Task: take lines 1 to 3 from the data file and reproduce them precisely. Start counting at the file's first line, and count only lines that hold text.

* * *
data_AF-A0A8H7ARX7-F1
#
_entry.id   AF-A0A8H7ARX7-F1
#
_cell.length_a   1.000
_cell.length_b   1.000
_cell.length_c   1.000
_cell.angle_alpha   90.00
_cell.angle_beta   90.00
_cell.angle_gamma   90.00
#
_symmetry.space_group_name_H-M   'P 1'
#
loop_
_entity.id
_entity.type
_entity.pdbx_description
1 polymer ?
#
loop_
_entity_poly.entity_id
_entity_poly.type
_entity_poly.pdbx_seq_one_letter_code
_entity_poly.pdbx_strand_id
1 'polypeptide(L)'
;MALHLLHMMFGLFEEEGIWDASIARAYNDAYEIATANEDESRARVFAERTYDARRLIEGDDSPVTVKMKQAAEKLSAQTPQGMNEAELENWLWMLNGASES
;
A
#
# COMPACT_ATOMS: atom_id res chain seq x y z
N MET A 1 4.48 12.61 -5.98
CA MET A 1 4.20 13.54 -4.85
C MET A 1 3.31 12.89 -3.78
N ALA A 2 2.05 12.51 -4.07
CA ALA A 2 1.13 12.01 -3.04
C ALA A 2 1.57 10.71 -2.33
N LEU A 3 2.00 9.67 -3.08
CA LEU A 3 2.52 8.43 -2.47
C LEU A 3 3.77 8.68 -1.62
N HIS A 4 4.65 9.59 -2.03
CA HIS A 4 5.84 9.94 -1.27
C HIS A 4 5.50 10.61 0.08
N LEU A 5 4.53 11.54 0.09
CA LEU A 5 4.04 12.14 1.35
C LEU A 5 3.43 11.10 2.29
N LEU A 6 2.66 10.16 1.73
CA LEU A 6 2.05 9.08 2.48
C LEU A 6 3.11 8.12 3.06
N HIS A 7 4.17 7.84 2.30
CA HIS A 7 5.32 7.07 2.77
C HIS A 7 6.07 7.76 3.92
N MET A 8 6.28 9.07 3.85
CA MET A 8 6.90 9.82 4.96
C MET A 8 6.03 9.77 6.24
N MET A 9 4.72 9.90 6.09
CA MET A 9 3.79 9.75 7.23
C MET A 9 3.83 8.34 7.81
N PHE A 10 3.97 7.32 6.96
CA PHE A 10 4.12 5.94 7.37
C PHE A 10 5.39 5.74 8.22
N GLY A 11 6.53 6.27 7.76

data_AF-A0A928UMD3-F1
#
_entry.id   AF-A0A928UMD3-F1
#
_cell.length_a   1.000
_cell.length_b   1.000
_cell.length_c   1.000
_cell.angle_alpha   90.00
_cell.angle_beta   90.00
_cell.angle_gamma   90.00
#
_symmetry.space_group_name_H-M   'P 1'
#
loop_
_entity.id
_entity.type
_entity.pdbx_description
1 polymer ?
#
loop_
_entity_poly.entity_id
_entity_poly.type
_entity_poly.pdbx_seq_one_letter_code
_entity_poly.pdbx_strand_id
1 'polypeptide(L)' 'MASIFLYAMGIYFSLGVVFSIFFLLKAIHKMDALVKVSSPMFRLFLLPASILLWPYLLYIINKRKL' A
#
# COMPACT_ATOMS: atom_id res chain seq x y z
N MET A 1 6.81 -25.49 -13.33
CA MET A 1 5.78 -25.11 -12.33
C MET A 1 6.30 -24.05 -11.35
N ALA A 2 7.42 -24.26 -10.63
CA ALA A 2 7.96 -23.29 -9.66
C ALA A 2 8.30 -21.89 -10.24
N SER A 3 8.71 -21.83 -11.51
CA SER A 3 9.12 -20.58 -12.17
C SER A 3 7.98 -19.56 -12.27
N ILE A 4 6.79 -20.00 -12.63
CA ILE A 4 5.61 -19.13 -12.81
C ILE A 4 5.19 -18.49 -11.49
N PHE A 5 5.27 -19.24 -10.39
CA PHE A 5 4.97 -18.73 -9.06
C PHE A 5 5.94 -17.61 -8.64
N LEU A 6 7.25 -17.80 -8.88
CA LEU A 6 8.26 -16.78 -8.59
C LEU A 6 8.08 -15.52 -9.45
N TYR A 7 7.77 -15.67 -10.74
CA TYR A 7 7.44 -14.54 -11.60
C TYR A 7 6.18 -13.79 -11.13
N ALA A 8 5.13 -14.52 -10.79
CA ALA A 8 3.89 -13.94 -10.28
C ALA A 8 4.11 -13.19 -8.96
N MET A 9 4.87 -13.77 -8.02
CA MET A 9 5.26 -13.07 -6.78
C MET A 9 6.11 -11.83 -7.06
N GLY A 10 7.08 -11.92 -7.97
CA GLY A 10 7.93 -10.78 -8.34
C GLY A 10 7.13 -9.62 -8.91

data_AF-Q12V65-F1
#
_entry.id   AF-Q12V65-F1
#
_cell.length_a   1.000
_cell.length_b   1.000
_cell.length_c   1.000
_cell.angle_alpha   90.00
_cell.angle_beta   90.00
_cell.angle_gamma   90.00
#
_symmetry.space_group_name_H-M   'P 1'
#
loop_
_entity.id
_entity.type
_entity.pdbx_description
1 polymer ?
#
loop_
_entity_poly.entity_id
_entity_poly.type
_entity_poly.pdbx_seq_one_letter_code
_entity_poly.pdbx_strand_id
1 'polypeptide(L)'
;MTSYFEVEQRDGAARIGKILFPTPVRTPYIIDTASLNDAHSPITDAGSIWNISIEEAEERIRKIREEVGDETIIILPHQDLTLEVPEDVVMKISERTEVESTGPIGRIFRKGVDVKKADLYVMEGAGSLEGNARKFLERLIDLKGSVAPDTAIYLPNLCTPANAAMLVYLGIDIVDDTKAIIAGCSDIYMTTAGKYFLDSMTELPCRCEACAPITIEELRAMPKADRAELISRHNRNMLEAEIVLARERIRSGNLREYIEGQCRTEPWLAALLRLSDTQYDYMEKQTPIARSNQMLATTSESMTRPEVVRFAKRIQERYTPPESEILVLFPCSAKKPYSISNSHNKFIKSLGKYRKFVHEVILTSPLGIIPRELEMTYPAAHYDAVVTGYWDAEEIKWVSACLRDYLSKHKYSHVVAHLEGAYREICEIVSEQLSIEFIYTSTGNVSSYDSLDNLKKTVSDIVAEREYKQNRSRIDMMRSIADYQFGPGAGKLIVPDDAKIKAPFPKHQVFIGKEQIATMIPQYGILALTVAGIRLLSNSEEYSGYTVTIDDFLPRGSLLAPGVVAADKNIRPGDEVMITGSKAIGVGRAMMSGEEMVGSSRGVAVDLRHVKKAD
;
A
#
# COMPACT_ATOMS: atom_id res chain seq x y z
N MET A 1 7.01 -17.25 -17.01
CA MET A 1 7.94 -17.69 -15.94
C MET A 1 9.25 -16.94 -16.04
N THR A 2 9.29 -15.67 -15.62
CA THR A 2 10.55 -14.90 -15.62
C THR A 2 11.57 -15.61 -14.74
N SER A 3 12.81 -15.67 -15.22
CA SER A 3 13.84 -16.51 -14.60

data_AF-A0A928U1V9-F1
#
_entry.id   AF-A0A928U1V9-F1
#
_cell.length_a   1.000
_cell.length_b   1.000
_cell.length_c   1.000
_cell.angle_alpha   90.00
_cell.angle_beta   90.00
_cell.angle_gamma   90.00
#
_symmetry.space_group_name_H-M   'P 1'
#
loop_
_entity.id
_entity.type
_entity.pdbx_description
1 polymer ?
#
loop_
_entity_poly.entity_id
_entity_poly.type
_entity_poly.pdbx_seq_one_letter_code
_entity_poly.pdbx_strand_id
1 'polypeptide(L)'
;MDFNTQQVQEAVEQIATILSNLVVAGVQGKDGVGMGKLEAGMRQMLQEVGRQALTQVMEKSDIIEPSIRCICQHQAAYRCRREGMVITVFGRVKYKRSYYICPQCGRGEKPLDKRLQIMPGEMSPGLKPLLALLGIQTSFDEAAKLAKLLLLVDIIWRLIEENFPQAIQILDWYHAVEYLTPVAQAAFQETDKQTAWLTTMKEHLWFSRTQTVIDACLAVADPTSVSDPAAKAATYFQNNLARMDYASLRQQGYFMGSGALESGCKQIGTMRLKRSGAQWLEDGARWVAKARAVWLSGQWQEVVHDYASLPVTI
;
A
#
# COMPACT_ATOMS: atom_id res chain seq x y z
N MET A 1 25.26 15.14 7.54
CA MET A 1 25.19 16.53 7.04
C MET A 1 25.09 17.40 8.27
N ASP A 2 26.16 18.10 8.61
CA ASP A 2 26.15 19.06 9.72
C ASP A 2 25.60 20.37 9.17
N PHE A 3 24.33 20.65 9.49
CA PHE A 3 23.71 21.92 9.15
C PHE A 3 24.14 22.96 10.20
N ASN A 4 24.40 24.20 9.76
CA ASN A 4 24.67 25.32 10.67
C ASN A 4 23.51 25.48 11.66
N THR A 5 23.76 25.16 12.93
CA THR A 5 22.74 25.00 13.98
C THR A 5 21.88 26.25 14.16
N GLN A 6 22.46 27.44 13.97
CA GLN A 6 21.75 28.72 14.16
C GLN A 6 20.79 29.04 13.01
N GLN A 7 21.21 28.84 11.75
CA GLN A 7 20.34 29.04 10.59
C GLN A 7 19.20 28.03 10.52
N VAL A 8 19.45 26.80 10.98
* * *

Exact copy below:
data_AF-A0A8H7ARX7-F1
#
_entry.id   AF-A0A8H7ARX7-F1